From there, the tour skirts some of the capital’s famous coastline; highlights include the South Harbour, which offers daily cruises to Sweden’s Stockholm and Tallin in Estonia, as well as the inhabited sea fortress of Suomenlinna – one of the most popular tourist excursions for those interested in Helsinki’s history.
Capital of Design
However, arguably the city’s best selling point is its inherent, understated coolness. Just like the Finns, who are a laid-back, practical people, the city’s unique flavor emerges through its cultural manifestations. Unsurprisingly, Helsinki was named Design Capital of the World in 2012, and a distinctively Finnish design aesthetic continues to permeate all aspects of society.
Quirky architectural examples include the Kampii Chapel, or Chapel of Silence, built on busy Narinkka Square to give people a moment of calm. The striking hull-shaped structure – made of light wood – is a Lutheran chapel, but everyone is welcome to seek respite in the tranquil sanctuary. Even more unusual is the Temppeliaukio “Rock” Church, hewn from solid stone. The combination of exposed rocky walls and a giant circular copper dome ceiling with skylights is beautiful and bizarre.
The strong design mentality has also fostered fantastic shopping opportunities. From luxury goods at the iconic Stockmann department store (the “Harrods of Helsinki”) to fashion boutiques and beautiful housewares stores, there’s plenty to keep even the most jaded shoppers enthralled. Iittala beckons to those looking for timeless crockery with an unmistakable Finnish aesthetic. A “quick look inside” inevitably turned into a half-hour shopping session; I fell in love with the “Tanssi” mystical forest-themed dinner set design by artist Klaus Haapaniemi – I wasn’t the only one who left the store clutching parcels (iittala.com).
While furniture might not be top of your vacation souvenirs list, it’s still worth wandering around Artek to be inspired by the simple, practical designs, modern silhouettes and quirky soft furnishings (artek.fi). Fashion lovers must also visit the central Marimekko boutique, whose bold patterns and bright color palette have made it Finland’s most internationally renowned fashion brand.
Aside from the big players, the Design District is dotted with around 200 independent outlets, ranging from jewelry boutiques to art galleries and museums. Some combine multiple elements; Lokal is a self-defined “concept store, home to independent Finnish art, design and crafts,” with rotating exhibitions and a café at the back (lokalhelsinki.com).
If your taste runs more to gastronomic adventure, try the Nordic-inspired flavors of the Michelin-starred Olo restaurant. The airy courtyard venue in the center of town has an unusual inside-out feel, with a soaring glass roof and indoor balconies. It attracts a cool crowd and has an unpretentious ambience. Seasonal tasting menus show off the natural, clean flavors of Finland’s landscape. Expect fresh, simple dishes such as radish and dill salad, pike perch with sour cucumber and arctic char with new potatoes. The pairing menu starts from $345 per person (olo-ravintola.fi/en).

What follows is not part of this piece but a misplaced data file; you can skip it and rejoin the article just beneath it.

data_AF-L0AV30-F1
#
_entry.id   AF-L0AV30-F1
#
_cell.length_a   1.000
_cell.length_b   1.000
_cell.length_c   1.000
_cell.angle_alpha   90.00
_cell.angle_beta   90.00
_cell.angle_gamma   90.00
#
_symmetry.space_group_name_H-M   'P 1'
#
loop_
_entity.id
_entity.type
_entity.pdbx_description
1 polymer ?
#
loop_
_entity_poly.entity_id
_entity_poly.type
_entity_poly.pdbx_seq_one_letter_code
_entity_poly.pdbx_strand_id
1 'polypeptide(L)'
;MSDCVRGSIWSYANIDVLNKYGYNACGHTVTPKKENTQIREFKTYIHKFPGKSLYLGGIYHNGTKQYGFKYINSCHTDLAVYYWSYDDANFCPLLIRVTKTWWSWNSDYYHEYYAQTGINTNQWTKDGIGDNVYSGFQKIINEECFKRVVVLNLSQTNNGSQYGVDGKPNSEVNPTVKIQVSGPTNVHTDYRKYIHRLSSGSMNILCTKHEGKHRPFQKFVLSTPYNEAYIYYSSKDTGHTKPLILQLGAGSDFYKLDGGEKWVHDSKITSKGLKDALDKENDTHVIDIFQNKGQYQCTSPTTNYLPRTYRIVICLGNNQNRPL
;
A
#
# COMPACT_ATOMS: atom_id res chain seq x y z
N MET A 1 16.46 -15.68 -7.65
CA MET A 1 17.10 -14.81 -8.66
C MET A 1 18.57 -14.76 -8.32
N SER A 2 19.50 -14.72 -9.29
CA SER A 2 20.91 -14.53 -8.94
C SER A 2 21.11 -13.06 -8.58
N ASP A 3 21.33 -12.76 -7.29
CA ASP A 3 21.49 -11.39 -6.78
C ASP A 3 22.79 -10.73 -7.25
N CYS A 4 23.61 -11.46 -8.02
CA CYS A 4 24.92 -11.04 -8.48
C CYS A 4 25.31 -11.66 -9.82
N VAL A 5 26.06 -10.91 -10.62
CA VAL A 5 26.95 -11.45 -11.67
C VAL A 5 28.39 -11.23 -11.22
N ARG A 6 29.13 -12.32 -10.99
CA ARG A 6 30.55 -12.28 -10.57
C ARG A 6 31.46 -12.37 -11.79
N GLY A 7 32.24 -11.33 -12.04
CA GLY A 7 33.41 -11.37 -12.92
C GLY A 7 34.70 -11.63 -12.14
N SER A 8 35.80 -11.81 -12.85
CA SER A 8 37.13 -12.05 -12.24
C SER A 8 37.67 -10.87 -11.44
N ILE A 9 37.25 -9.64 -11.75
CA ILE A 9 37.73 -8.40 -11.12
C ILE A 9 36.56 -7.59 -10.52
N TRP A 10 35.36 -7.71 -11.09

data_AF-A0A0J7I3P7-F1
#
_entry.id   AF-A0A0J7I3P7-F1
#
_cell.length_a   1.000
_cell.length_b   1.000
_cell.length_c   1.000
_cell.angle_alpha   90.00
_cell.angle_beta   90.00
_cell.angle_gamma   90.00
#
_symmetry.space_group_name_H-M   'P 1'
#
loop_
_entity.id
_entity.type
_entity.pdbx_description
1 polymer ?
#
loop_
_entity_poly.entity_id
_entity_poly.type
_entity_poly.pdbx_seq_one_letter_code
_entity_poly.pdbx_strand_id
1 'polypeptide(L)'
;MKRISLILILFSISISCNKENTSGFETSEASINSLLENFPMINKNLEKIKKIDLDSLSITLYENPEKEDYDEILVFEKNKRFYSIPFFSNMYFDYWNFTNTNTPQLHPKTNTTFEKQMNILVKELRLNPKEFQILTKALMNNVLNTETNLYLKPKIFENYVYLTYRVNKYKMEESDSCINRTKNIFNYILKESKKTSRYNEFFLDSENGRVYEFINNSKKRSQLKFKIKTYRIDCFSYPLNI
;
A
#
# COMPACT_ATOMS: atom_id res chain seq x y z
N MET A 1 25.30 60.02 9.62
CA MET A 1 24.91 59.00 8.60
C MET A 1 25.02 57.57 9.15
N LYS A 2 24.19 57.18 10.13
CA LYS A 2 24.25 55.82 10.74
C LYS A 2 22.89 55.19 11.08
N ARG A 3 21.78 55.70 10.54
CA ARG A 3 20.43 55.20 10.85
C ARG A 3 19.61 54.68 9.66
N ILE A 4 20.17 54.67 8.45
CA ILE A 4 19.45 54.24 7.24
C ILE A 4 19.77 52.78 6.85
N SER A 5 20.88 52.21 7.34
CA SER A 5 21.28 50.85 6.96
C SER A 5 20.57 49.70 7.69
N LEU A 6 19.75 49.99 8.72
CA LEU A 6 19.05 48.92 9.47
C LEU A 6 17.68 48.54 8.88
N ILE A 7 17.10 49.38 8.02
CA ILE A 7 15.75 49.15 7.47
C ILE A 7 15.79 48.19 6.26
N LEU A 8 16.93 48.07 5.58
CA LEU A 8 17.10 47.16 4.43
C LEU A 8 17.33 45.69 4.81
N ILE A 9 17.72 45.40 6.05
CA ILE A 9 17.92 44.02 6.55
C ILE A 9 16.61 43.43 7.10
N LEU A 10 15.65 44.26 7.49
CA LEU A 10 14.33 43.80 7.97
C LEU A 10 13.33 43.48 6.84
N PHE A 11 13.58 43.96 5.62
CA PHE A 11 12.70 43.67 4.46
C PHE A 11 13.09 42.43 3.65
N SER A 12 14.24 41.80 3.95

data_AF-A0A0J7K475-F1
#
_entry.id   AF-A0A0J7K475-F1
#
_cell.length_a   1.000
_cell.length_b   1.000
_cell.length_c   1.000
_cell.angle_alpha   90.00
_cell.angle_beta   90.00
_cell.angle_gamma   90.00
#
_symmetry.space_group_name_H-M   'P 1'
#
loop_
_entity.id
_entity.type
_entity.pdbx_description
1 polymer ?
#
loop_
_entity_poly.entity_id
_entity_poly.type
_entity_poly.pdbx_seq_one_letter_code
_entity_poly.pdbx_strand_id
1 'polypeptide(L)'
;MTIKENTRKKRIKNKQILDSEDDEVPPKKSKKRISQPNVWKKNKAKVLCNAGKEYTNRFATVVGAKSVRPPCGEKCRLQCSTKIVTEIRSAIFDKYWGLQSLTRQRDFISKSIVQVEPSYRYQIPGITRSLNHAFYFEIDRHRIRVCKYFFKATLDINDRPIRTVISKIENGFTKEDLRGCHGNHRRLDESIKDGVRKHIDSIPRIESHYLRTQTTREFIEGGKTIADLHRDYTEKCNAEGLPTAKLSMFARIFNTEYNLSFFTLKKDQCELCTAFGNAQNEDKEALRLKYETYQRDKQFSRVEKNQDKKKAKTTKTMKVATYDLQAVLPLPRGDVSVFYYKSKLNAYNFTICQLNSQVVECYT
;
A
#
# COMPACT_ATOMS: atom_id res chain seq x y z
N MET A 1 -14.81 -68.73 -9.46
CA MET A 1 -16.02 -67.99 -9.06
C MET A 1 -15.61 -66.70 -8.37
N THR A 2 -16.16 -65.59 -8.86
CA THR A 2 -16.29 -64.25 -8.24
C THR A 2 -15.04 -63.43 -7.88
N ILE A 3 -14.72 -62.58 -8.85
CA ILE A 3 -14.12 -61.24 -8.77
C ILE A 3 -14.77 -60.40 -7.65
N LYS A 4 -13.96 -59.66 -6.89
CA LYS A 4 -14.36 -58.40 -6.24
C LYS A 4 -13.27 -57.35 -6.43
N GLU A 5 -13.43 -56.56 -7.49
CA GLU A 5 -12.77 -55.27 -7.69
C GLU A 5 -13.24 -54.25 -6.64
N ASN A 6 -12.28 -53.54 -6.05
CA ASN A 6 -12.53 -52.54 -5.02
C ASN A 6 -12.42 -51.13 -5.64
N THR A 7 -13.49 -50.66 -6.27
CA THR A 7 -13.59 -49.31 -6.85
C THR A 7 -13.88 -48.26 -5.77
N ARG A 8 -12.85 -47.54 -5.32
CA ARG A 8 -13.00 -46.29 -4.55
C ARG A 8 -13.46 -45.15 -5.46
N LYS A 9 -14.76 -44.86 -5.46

Then there’s Savotta, a charmingly nostalgic Finnish restaurant housed in a 250-year-old building. Downstairs, the rustic interior evokes an old logging cabin (savotta), complete with costumed staff and traditional folk music piped through the low, wooden ceilings. The menu is a smorgasbord of unusual Scandinavian flavors, from bear salami and reindeer tongue to Baltic herring and blueberry pie. During the summer months, try to bag one of the alfresco tables offering gorgeous views directly onto Senate Square. Set menus with wine start from around $77 per person (ravintolasavotta.fi/en).
There are plenty of great hospitality offerings, including Hotel Lilla Roberts, a delightful new place that opened in August 2015 on a quiet side street just a stone’s throw from the city center. The stylish new property from Kämp Collection Hotels is centered on the idea of “hygge” – a Nordic expression that refers to a warm, friendly atmosphere. The 130-room property, a former police barracks, combines a whimsical modern style with historical charm. The lobby boasts a roaring log fire and eclectic furniture, and rooms are lavishly decorated with stylish soft furnishings and art deco bathrooms. Next door, the hotel’s Krog Roba restaurant continues the unique style with luxurious fabrics and dramatic lighting. (Rates for the Lux category start from $250 per night; lillaroberts.com).
For a more “Scandi-cool” feel, Hotel Indigo Helsinki Boulevard – part of IHG’s upscale boutique brand – is another central option. The hotel channels the city’s clean, minimalist style, with 120 individualized guestrooms featuring muted tones, graphic stencils and ergonomic furniture. Its Body Mind and Soul studio offers complimentary 24-hour access to hotel guests, with a fitness center and male/female saunas. It’s also an LEED-certified hotel, with features like electric car-charging points. (Superior room rates start from $199; helsinki-boulevard.hotelindigo.com/en).
By Tamsin Cocks